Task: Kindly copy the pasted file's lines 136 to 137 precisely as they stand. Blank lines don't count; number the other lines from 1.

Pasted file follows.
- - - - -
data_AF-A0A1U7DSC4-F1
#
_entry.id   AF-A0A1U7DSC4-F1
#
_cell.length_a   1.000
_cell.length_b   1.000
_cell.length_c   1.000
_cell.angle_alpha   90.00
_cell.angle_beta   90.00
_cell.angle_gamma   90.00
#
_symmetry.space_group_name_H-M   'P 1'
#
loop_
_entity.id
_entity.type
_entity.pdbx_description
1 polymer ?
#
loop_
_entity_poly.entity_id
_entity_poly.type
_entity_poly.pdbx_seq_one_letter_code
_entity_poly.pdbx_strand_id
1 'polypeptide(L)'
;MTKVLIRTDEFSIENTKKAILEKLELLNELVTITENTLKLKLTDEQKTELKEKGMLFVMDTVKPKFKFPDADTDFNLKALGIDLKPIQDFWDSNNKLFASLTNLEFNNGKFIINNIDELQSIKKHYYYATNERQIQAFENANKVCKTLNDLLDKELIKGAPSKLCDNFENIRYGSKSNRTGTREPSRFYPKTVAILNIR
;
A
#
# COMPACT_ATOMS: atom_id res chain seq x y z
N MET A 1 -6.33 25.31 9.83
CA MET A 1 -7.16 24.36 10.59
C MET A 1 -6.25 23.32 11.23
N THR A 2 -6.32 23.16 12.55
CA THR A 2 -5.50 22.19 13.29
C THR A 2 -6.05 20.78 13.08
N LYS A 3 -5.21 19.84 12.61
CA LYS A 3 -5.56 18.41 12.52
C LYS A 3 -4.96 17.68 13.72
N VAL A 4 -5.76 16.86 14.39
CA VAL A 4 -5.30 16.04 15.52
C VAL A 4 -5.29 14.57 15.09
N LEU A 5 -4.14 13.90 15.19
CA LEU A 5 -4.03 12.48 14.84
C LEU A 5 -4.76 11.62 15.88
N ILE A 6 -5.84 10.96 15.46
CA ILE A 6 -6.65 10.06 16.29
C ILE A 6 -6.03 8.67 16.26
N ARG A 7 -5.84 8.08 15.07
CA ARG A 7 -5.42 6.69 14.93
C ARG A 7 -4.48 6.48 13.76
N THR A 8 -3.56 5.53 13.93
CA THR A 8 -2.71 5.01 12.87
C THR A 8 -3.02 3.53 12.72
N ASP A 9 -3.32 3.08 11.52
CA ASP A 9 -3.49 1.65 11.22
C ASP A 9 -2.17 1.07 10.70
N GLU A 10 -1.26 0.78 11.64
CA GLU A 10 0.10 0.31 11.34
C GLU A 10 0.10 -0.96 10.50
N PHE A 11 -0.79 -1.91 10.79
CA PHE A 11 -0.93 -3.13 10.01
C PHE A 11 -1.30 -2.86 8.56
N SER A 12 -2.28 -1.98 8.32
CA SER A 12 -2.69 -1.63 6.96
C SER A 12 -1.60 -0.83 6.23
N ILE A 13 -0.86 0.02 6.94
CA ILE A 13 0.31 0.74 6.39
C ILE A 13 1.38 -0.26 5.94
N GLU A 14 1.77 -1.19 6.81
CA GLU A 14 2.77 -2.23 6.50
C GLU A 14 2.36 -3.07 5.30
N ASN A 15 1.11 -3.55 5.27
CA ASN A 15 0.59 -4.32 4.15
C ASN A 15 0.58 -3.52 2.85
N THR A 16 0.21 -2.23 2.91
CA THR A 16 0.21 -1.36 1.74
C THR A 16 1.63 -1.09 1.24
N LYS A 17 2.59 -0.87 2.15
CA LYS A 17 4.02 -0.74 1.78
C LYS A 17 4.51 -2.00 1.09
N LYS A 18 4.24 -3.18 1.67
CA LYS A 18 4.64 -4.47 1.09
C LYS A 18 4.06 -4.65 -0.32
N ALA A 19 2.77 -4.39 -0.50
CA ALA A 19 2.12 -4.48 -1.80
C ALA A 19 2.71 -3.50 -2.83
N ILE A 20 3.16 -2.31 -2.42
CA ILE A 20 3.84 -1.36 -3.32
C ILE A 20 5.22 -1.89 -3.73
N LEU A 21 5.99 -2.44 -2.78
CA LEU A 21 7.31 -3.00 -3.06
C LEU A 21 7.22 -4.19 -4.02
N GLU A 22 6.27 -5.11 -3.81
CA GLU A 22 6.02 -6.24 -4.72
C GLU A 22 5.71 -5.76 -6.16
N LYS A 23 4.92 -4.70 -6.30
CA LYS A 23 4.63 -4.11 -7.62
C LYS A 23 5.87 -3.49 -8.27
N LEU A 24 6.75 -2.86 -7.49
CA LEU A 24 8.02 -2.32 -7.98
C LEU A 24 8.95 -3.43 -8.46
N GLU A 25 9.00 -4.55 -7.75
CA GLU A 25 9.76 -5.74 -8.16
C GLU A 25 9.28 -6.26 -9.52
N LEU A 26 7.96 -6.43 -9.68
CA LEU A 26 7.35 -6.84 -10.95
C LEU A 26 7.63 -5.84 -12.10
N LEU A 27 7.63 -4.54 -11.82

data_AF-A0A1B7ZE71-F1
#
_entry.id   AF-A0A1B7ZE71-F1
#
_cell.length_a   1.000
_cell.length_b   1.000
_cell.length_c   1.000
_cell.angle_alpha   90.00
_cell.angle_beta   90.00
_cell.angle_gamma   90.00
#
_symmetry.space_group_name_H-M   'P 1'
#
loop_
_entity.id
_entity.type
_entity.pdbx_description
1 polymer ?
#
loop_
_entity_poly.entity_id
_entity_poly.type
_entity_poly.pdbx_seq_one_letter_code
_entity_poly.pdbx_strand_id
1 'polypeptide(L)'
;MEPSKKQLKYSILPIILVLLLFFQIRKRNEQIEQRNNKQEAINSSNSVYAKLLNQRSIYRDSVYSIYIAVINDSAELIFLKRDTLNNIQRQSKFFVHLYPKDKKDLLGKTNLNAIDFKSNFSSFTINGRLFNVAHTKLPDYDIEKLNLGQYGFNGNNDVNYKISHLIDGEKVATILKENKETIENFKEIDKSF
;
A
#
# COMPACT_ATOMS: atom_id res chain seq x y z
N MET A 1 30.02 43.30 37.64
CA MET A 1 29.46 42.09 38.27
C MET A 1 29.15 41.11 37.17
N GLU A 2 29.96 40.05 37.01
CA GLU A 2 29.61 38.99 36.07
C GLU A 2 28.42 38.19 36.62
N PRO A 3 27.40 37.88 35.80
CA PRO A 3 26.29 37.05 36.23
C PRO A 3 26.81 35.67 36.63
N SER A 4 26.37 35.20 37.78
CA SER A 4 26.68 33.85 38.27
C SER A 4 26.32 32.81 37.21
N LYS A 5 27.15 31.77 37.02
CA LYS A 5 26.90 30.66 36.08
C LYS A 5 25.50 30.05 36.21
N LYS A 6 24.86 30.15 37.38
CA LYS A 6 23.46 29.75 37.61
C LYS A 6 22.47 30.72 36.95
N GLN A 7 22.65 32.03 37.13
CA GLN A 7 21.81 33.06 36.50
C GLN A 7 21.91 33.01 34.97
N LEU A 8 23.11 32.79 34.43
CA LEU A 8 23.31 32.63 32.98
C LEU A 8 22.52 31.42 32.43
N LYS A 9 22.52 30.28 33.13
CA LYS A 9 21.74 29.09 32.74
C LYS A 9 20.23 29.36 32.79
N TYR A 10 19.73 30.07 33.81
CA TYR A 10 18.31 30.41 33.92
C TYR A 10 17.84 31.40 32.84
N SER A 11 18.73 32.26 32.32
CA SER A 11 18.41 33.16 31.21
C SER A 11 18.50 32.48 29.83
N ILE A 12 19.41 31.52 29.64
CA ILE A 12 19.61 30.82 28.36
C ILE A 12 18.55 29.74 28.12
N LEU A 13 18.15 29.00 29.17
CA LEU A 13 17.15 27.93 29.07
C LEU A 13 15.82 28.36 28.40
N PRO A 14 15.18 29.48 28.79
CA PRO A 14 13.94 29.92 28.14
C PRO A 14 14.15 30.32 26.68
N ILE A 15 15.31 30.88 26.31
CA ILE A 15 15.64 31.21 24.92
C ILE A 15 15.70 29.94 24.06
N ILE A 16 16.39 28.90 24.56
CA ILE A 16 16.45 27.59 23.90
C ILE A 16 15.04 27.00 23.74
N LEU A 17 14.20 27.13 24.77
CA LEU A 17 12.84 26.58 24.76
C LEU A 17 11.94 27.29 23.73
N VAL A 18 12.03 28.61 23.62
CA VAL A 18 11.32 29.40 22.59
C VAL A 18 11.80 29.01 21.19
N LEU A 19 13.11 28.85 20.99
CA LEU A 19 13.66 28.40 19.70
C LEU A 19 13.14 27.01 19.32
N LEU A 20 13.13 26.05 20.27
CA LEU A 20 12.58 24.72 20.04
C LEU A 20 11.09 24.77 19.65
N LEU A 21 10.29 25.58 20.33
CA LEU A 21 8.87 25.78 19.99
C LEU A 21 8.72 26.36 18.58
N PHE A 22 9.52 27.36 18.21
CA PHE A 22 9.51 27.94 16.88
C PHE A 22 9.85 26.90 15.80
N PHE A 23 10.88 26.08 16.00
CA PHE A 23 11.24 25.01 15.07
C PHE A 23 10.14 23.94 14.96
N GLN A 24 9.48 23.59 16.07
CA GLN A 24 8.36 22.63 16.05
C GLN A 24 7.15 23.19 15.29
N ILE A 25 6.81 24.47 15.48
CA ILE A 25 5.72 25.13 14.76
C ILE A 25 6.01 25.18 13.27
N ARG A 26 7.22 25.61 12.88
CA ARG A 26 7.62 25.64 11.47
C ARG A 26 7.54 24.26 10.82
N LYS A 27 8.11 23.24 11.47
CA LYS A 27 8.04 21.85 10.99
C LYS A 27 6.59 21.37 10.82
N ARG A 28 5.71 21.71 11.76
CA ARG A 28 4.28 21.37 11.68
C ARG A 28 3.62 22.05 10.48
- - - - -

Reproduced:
;
A